ISBN-13:
9780425235393
Publisher:
Penguin Publishing Group
Publication date:
07/06/2010
Series:
Payne & Jones Series, #4
Pages:
560
Sales rank:
222,988
Product dimensions:
4.20(w) x 7.40(h) x 1.30(d)
Age Range:
18 Years

Meet the Author

Chris Kuzneski is the international bestselling author of The Lost Throne, Sword of God, Sign of the Cross, and The Plantation. His thrillers have been published in more than twenty languages and are sold in more than forty countries. Kuzneski, who grew up in Pennsylvania, now lives on the Gulf Coast of Florida.

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Lost Throne 4.1 out of 5 based on 0 ratings. 35 reviews.
HendyRPH More than 1 year ago
This was Chris Kuzneski's best book thus far. He writes very much like a mixture of Steve Berry, James Rollins, an earlier (and far-better Clive Cussler), and Dan Brown (Angels and Demons/DiVinci Code -- not Lost Symbol). The book has a series of actions that are occurring in various parts of Europe each related to finding a lost artifact. The story moves along very well, it has a good mixture of historical information, and the characters are three-dimensional and at times, humorous.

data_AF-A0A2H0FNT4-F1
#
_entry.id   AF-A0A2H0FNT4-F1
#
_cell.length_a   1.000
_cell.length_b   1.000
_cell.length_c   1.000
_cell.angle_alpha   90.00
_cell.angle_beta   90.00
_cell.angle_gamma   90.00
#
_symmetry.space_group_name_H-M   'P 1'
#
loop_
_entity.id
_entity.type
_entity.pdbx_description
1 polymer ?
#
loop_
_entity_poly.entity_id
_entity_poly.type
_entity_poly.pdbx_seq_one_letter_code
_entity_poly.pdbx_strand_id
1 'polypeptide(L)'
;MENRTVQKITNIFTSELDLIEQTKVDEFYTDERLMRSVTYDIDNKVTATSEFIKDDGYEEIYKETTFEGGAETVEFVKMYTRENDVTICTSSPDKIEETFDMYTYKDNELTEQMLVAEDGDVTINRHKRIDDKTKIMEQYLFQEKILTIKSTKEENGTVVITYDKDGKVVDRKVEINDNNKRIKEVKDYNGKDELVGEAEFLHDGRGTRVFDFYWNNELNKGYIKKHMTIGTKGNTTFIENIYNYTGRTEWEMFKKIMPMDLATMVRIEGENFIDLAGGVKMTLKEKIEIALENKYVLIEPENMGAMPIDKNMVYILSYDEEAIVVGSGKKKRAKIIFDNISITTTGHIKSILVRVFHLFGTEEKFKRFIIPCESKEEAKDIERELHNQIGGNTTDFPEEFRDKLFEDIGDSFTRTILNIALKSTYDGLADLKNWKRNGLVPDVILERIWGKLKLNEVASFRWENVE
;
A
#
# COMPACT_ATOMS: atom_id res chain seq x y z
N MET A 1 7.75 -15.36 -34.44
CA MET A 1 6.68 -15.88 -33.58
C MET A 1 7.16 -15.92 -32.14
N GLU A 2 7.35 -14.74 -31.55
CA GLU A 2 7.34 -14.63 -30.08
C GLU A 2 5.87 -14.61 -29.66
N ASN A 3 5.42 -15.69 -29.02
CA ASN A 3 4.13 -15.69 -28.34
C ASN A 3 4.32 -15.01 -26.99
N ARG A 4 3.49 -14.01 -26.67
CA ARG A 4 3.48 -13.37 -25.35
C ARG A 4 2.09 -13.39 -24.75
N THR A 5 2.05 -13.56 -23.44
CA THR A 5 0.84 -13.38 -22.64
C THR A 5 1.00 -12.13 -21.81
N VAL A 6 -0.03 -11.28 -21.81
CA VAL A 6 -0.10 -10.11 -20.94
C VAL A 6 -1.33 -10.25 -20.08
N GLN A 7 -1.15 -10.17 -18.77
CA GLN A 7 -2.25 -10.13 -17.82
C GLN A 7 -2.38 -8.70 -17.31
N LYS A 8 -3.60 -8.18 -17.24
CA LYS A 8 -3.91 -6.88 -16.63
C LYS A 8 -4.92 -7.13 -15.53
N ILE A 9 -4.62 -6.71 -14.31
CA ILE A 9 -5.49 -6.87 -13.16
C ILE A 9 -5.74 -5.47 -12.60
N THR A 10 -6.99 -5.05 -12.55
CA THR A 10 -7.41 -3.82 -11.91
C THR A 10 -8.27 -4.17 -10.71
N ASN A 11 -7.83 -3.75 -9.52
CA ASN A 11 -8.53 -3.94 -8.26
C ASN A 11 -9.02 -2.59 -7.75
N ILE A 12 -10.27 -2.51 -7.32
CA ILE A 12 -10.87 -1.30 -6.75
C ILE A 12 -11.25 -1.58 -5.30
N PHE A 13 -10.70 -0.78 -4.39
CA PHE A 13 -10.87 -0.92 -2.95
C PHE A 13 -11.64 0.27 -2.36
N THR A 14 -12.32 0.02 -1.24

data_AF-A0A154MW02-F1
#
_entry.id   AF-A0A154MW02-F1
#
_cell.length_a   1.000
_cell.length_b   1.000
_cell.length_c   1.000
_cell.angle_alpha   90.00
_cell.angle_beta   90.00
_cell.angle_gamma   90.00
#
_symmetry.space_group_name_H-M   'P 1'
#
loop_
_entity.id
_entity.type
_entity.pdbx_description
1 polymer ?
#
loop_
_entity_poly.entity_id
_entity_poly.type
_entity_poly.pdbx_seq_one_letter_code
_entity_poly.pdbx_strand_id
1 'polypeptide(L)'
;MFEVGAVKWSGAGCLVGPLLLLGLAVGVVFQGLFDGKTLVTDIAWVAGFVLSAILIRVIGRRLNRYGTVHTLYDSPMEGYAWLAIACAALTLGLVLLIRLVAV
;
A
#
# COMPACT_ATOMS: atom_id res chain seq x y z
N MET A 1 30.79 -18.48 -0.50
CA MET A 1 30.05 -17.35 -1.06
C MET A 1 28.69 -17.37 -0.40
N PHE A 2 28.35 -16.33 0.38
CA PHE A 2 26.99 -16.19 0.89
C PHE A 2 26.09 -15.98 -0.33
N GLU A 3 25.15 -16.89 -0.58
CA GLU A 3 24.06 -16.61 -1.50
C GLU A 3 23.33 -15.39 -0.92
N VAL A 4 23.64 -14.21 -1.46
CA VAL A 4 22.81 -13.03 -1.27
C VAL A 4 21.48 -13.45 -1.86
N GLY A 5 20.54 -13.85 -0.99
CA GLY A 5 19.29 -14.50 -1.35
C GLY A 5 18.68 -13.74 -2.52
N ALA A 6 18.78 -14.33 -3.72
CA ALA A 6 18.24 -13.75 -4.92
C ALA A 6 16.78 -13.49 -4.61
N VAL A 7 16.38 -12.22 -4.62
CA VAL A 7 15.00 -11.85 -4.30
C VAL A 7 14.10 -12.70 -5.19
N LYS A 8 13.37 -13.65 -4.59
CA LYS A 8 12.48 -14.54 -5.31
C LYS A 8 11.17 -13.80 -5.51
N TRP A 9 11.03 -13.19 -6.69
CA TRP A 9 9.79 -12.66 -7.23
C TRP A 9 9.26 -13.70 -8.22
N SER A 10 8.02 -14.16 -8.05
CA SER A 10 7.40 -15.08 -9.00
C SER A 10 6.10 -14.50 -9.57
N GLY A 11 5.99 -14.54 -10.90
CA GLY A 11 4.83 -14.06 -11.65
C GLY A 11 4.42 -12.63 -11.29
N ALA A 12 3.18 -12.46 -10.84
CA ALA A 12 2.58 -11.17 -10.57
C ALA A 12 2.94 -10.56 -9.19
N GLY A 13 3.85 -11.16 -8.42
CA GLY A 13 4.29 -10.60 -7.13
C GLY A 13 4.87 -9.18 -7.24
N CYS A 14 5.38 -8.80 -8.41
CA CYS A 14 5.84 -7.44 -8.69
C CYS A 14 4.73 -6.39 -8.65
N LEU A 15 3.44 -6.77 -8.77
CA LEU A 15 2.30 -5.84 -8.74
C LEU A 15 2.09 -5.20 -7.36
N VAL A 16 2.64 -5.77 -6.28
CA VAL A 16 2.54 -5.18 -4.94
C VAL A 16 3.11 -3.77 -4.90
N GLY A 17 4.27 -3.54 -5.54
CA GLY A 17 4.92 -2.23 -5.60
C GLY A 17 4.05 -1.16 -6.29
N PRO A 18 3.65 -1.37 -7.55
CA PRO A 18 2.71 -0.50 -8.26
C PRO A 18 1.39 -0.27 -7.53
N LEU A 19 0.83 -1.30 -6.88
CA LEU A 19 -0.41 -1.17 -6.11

DCRIL More than 1 year ago
This is probably one of the best books, I have read in a long time. From the first page to the last it is an excellent read. I loved the plot and the characters were wonderful. I did like that you didn't have to read all books, to understand the characters, you were able to read them out of order and not play catch up. So sit back, get comfortable and enjoy the ride.
ReadingwithMo More than 1 year ago